In Sidewalk, sociologist Mitchell Duneier presents the results of his research on sidewalk life by staying and working on the street along with other vendors for a period of time. While working on the street Duneier learned that respect plays an important role, that people on the street require respect to stay on the sidewalk. Respect allows Duneier to successfully perform him research, determines how individuals are going to be treated, and helps maintain order on the sidewalk as all the people related to the sidewalk, also including pedestrians and store employees, desire to be respected.
Mitchell Duneier began this research in the Nineteen Nineties in New York. Sixth Avenue was a place where numerous vendors and panhandlers, mostly blacks and other minorities, earn money every day. Vendors were to sell magazines and books they could find(bought from scavengers or found from dumpsters by themselves) and panhandlers either stood and sat on the sidewalk and asked passerby for spare change. There were also several other kinds of “jobs” on the street such as scavengers, movers, and storage keepers. Duneier wanted to uncover more about the sidewalk life, so he decided to work on the street along with the vendors and panhandlers in order to get first hand experience and to have the opportunity to interview the people working on the street with ease.
Respect is vital to Duneier as he needs the vendors’ complete approval and cooperation to finish his research in order for Duneier to finish his research. Since Duneier is exceedingly different from the people working on the street in various aspects(he is a wealthy and educated white sociologist who did not have to worry about anything while growing up), he has to gradually gain respect from the people. There is a conversation between X and Y on the street about Duneier interviewed one of them and the conversation was recorded. X says claims that the research “‘[is] more for them, the white people.’”(337) X and Y did not show respect to Duneier even though they seemed like they were willing to work with Duneier to conduct an interview. Duneier did have exceptionally close relationships with a few vendors on the street. Duneier, even though not getting respect from everyone working on the street, respects people he writes about by not lying about them in anyway, “The question for me is how to show respect for the people I write about, given the impossibility of complete sincerity at every moment (in research as in life)”(336). Another way Duneier shows respect to the people on the street is using the tape recorder. Using the tape recorder tells the vendors and panhandlers that whatever they tell duneier the truth will not be altered in any way. “I decided that if I was interested in getting meanings right, I had to strive to my utmost to get exact words right, too”(339). Respect is crucial due to the fact that it could directly affect Duneier’s research.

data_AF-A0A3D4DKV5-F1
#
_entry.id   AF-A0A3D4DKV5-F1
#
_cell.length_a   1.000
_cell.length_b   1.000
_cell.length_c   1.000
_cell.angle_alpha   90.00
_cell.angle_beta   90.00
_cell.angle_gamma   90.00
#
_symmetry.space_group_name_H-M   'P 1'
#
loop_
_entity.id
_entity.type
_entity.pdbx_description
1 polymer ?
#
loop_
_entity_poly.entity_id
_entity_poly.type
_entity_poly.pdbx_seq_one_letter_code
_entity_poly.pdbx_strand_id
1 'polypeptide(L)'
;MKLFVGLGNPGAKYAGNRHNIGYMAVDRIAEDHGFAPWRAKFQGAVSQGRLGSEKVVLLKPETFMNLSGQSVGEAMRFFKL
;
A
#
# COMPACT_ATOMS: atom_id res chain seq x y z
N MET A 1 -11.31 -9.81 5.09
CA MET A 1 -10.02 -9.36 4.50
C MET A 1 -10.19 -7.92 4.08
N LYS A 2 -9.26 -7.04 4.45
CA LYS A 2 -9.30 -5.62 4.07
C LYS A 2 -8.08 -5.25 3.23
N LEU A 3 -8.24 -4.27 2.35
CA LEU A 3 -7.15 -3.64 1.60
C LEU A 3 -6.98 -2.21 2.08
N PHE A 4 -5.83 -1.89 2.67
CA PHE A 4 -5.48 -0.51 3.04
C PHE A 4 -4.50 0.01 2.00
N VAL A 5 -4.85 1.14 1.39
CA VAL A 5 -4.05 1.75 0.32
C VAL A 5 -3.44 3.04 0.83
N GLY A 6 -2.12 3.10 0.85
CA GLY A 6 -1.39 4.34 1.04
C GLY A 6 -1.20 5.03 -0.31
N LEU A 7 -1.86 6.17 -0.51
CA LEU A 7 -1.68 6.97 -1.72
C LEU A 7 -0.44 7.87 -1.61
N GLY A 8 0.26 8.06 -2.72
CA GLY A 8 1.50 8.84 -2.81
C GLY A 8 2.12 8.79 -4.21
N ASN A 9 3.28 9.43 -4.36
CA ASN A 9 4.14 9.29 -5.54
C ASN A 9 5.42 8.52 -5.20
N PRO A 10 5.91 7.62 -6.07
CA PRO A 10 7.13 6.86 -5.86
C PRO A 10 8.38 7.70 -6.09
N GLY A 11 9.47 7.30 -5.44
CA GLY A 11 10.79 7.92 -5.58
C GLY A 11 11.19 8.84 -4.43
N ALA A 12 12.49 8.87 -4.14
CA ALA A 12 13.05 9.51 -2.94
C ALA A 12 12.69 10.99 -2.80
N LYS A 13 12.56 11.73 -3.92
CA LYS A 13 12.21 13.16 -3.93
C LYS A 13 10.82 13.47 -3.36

Often times skin color determines whether...